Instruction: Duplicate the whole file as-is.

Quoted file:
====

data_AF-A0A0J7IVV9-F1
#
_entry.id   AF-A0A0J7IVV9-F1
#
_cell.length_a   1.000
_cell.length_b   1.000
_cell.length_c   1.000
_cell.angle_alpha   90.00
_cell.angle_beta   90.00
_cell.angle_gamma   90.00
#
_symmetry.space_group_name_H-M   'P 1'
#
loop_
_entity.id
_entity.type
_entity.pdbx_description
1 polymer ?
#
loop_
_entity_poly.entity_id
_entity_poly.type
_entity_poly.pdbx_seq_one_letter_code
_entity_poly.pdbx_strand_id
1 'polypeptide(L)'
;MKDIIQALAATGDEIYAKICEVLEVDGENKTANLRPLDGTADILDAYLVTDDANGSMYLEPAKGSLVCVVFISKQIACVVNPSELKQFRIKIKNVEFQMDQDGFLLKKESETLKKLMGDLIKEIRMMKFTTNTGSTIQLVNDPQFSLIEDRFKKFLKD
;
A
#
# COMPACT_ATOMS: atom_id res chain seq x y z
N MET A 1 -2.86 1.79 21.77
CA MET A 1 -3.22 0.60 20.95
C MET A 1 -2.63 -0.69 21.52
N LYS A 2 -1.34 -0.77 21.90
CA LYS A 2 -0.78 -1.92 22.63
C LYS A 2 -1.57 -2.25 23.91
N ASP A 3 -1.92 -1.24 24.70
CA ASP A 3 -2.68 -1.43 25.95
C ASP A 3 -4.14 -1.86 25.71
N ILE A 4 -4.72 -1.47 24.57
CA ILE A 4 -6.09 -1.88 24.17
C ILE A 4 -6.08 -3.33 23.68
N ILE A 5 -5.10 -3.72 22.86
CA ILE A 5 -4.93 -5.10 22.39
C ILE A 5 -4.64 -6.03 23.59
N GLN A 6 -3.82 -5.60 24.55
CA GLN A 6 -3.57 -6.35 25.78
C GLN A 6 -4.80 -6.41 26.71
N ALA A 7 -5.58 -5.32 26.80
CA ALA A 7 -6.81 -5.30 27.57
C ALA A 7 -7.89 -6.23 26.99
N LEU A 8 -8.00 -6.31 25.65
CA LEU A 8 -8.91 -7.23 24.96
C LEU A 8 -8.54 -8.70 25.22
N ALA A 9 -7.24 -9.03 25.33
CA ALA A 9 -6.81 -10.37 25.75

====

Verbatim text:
data_AF-A0A0J7IVV9-F1
#
_entry.id   AF-A0A0J7IVV9-F1
#
_cell.length_a   1.000
_cell.length_b   1.000
_cell.length_c   1.000
_cell.angle_alpha   90.00
_cell.angle_beta   90.00
_cell.angle_gamma   90.00
#
_symmetry.space_group_name_H-M   'P 1'
#
loop_
_entity.id
_entity.type
_entity.pdbx_description
1 polymer ?
#
loop_
_entity_poly.entity_id
_entity_poly.type
_entity_poly.pdbx_seq_one_letter_code
_entity_poly.pdbx_strand_id
1 'polypeptide(L)'
;MKDIIQALAATGDEIYAKICEVLEVDGENKTANLRPLDGTADILDAYLVTDDANGSMYLEPAKGSLVCVVFISKQIACVVNPSELKQFRIKIKNVEFQMDQDGFLLKKESETLKKLMGDLIKEIRMMKFTTNTGSTIQLVNDPQFSLIEDRFKKFLKD
;
A
#
# COMPACT_ATOMS: atom_id res chain seq x y z
N MET A 1 -2.86 1.79 21.77
CA MET A 1 -3.22 0.60 20.95
C MET A 1 -2.63 -0.69 21.52
N LYS A 2 -1.34 -0.77 21.90
CA LYS A 2 -0.78 -1.92 22.63
C LYS A 2 -1.57 -2.25 23.91
N ASP A 3 -1.92 -1.24 24.70
CA ASP A 3 -2.68 -1.43 25.95
C ASP A 3 -4.14 -1.86 25.71
N ILE A 4 -4.72 -1.47 24.57
CA ILE A 4 -6.09 -1.88 24.17
C ILE A 4 -6.08 -3.33 23.68
N ILE A 5 -5.10 -3.72 22.86
CA ILE A 5 -4.93 -5.10 22.39
C ILE A 5 -4.64 -6.03 23.59
N GLN A 6 -3.82 -5.60 24.55
CA GLN A 6 -3.57 -6.35 25.78
C GLN A 6 -4.80 -6.41 26.71
N ALA A 7 -5.58 -5.32 26.80
CA ALA A 7 -6.81 -5.30 27.57
C ALA A 7 -7.89 -6.23 26.99
N LEU A 8 -8.00 -6.31 25.65
CA LEU A 8 -8.91 -7.23 24.96
C LEU A 8 -8.54 -8.70 25.22
N ALA A 9 -7.24 -9.03 25.33
CA ALA A 9 -6.81 -10.37 25.75